“He who has ears to hear, let him hear.”

Jesus said that. At least ten times, in fact. This was his way of summarizing the parable of the soils, a metaphor he used to describe how some soil produces a crop while some doesn’t. When we speak the truth, some people “get it,” and some people… uh… don’t.

As a pastor, I can honestly say that this “ears to hear” verse is the story of my life. As in, I’m a perfect illustration of this truth. As in, I see this truth illustrated hundreds of times per week. Even when Jesus Christ—Truth incarnate—uttered the most profound and Spirit-charged words ever spoken, most people didn’t get it. Jesus speaks of Satan stealing aways seeds, rocky soil preventing growth, and weeds choking the tender shoots of truth trying to grow in our hearts. As I reflected on this reality, four additional factors—a formidable rabble of R’s—rumbled roughshod right through my rumination.

Ears to hear: The rebellion factor

Sometimes we don’t have ears to hear a truth because we don’t want to. The classic example would be the parent that doesn’t want to hear their little girl is anything but the heavenly angel they’ve concocted in their minds. Or consider the college freshman who doesn’t want to hear truth about purity when he’s bent on shacking up with his girlfriend. “I’m confused” can often be translated, “I know what’s right but I don’t like it.” This is nothing more than rebellion.

Ears to hear: the relevance factor

If I preach about heaven, who is more likely to be impacted—a husband who said goodbye to the love of his life at her memorial service this week, or a kid in the middle of midterms? What we’re living through shapes what we hear because our ears are always on the alert for what we need. This doesn’t mean heaven is irrelevant to Midterm Mike; it just means Hubby is far more likely to “have the ears to hear” that truth. I don’t think we should chastise Mike for not being as spiritually attuned to his need for heaven as devastated Hubby is. How could he be?

Ears to hear: the readiness factor

God spoke patiently to me about an issue for five long years without me grasping the big picture. This past week, I finally experienced a life-changing epiphany about it. Why did it take five years for me to connect all the dots and begin to truly “get it?” I desperately wanted to hear the truth; it wasn’t a rebellion issue. The context was right, so it wasn’t a relevance issue. So what was it? Partly, at least, I wasn’t ready to hear it. Sometimes God has to build up a framework for an epiphany. He has to grow the ears to hear before he speaks it to us so that the new truths have a place to land and grow when they arrive.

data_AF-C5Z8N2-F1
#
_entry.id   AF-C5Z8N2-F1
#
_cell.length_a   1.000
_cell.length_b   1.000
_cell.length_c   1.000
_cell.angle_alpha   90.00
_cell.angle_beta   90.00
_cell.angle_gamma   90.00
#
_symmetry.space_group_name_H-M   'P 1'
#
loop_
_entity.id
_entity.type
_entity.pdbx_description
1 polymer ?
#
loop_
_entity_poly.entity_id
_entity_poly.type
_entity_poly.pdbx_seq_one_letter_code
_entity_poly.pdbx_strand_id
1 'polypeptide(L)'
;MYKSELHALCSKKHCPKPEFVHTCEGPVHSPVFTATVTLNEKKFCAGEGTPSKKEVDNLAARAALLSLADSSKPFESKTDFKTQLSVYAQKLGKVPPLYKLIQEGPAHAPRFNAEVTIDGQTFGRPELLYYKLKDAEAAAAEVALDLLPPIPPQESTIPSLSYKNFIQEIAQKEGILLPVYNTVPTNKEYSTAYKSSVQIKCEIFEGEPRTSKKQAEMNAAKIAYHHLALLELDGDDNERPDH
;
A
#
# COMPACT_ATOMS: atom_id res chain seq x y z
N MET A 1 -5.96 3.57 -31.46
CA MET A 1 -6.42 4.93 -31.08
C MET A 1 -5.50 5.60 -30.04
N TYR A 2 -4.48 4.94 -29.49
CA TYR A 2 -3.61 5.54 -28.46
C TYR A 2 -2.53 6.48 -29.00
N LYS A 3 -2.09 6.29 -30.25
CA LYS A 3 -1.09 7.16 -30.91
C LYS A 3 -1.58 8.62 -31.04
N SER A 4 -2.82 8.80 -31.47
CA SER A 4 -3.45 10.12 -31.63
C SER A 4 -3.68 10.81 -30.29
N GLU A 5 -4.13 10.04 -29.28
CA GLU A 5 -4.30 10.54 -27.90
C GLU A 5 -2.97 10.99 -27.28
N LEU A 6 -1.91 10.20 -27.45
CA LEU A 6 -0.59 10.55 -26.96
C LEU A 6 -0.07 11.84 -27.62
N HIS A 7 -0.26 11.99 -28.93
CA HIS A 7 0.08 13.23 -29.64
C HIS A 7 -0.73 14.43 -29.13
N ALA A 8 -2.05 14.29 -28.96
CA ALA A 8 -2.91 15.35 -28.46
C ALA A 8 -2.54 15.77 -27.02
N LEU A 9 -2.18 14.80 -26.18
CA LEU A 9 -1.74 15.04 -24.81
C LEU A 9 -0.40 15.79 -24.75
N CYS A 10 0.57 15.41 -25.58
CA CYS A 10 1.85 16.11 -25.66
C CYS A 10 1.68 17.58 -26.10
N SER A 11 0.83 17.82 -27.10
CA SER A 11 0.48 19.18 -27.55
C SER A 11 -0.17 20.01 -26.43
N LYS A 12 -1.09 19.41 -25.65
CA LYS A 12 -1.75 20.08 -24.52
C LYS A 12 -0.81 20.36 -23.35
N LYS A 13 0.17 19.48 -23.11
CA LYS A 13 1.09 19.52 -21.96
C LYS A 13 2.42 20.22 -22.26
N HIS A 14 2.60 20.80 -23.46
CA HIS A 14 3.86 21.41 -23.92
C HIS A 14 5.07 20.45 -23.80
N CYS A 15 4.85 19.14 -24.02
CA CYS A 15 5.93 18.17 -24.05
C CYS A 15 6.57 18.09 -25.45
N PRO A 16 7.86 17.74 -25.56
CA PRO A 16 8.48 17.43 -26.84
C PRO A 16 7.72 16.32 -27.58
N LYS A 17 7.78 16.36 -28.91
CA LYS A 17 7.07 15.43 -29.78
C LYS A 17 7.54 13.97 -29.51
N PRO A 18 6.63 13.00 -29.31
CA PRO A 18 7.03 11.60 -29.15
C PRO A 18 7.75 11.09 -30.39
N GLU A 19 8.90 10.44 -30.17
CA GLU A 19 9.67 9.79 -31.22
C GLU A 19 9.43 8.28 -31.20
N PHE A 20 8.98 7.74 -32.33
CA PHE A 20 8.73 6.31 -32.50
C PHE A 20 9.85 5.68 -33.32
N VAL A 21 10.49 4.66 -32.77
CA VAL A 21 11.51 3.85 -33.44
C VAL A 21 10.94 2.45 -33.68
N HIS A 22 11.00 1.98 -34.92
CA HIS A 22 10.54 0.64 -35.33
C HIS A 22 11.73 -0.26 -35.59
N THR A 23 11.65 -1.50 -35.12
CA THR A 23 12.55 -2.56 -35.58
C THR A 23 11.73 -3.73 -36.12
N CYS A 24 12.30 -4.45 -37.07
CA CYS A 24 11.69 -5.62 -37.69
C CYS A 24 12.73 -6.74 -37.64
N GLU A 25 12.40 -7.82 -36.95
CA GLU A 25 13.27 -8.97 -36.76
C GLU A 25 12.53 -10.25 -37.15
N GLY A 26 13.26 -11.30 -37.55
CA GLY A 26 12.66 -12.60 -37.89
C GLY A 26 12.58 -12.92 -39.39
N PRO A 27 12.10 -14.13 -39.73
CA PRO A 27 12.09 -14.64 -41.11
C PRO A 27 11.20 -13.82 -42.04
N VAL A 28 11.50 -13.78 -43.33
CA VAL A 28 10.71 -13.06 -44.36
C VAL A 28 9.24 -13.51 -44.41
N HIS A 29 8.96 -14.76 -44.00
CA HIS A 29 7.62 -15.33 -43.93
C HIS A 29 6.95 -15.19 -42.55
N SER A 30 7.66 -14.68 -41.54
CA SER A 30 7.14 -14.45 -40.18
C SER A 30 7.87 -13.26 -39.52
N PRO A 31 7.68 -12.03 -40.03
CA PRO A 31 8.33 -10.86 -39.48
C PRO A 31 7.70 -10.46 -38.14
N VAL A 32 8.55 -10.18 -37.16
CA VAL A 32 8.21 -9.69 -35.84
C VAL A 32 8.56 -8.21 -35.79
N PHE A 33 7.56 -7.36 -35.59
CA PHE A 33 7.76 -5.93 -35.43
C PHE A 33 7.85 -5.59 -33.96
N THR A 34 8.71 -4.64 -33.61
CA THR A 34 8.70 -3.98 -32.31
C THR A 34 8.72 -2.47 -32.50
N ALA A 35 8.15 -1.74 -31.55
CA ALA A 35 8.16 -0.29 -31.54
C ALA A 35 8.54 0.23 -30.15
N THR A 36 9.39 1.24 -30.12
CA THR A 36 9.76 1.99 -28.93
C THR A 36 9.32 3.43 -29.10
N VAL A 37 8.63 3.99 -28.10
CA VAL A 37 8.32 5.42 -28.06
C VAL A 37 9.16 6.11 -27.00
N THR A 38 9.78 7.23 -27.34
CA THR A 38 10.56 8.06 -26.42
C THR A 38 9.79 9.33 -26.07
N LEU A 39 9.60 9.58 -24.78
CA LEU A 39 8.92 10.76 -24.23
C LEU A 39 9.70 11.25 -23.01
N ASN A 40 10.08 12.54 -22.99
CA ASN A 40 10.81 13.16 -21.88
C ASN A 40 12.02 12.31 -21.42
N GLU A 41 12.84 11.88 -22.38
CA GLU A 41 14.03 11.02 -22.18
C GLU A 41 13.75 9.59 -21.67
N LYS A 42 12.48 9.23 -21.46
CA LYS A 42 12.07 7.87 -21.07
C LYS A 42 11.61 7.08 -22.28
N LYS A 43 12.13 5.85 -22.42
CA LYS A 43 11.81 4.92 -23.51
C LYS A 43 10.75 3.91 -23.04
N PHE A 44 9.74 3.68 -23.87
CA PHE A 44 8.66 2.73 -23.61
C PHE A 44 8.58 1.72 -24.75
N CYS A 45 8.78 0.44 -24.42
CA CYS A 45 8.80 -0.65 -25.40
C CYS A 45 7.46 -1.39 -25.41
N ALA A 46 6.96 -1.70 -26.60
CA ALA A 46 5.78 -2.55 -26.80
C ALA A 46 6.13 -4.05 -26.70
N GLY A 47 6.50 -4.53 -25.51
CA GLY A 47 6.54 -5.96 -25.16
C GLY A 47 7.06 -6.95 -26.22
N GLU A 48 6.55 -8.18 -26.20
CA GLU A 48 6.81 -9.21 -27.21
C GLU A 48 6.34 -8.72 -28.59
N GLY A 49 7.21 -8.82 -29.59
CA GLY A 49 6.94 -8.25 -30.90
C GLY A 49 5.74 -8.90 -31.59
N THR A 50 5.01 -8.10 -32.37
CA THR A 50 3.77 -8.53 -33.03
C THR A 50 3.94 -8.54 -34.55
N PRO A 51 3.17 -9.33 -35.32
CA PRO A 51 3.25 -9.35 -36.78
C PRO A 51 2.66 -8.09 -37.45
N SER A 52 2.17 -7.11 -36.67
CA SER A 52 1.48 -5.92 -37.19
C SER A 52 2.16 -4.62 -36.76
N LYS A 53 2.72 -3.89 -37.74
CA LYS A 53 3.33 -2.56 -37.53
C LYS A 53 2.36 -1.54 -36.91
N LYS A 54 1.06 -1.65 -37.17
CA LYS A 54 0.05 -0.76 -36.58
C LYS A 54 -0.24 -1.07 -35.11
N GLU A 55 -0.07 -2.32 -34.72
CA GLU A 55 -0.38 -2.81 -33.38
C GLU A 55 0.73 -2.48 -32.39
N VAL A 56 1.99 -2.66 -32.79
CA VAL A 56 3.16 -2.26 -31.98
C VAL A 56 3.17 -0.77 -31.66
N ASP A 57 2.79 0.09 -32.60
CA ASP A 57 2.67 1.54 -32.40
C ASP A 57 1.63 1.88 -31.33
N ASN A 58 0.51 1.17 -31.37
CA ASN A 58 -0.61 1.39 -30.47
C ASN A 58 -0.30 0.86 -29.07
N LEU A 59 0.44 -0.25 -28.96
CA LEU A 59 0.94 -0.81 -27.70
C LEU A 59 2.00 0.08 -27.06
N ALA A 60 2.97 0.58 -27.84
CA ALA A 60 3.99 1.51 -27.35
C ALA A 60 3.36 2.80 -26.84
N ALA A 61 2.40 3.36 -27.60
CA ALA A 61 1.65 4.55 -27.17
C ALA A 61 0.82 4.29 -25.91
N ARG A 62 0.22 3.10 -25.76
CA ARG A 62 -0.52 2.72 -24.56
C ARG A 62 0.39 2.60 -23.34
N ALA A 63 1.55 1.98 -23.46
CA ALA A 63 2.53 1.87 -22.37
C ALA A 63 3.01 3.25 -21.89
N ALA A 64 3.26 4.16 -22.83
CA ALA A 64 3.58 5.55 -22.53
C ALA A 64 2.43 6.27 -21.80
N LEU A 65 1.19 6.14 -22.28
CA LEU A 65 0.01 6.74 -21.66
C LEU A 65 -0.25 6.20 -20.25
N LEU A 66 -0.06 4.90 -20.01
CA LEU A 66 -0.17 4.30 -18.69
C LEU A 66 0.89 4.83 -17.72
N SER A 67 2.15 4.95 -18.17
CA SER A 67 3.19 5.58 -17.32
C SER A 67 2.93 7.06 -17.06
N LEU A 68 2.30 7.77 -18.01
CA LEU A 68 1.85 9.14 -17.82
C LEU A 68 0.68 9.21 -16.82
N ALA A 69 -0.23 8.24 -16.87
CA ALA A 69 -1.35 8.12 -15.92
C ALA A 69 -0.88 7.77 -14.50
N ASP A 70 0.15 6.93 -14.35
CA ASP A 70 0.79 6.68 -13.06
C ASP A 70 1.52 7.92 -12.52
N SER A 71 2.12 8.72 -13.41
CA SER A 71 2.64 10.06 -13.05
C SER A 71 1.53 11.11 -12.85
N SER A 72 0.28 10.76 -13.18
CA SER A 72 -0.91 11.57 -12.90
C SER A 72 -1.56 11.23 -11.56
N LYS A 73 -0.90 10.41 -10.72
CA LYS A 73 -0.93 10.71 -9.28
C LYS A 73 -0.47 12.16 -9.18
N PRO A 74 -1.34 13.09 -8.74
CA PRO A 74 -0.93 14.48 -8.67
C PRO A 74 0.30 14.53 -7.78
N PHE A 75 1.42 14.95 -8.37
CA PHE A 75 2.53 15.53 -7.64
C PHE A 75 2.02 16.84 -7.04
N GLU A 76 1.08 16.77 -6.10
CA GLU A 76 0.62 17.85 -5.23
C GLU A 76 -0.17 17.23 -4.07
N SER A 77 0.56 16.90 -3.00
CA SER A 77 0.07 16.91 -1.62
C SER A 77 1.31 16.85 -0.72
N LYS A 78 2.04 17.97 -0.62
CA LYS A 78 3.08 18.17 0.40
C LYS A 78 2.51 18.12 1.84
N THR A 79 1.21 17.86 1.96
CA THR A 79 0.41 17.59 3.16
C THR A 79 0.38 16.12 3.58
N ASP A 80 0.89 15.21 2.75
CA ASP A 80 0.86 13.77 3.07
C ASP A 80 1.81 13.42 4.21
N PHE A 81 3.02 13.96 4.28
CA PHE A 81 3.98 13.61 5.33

God may convince an atheist that there might be a god (agnosticism); then, that there is a god (theism), so he can introduce himself as the one, true God, and then finally reveal himself in Christ. Each stage is incomplete, but is part of a person’s overall readiness.

Ears to hear: the rut factor

In their landmark book, “Switch,” Chip and Dan Heath explore what it takes to change things when change is hard. They talk about what they’ve aptly dubbed “the curse of knowledge.” In their experience, what we already know (or think we know) is the most formidable barrier to learning something new. Paradigms must be adjusted. Theology must shift. Comfort zones must be breached. I have to admit I was wrong or misguided. I hold on to my current theory about “X,” knowing full well it’s not quite doing the trick but I don’t want to do the mental work it might take to reforge the idea. The more we think we know, the harder it is to dislodge us from our mental perch, even when it’s God that’s doing the dislodging.

And of course, all four R’s are friends, and play with each other. Every one of them influence whether or not we have ears to hear God on a particular issue.

Which of these four “ears to hear” issues is most helpful to you? Why?